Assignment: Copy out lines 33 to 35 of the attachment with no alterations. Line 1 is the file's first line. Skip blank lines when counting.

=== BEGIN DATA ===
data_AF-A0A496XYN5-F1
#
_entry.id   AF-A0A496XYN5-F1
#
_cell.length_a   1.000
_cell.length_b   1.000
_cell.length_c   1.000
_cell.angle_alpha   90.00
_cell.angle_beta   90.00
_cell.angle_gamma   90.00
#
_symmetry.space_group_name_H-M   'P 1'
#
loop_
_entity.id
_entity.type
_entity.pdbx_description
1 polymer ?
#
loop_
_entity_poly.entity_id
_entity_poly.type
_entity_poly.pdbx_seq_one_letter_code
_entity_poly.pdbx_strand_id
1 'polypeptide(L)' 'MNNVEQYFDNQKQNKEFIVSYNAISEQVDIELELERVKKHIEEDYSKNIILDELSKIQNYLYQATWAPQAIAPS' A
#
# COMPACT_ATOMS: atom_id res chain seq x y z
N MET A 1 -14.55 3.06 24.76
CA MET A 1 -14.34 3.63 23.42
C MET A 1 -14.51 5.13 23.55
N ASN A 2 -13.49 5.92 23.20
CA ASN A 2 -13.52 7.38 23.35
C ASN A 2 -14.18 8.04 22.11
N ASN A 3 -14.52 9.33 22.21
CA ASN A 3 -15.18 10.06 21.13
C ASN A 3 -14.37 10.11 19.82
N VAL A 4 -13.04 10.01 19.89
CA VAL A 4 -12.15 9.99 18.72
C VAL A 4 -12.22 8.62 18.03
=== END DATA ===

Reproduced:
C ASN A 2 -14.18 8.04 22.11
N ASN A 3 -14.52 9.33 22.21
CA ASN A 3 -15.18 10.06 21.13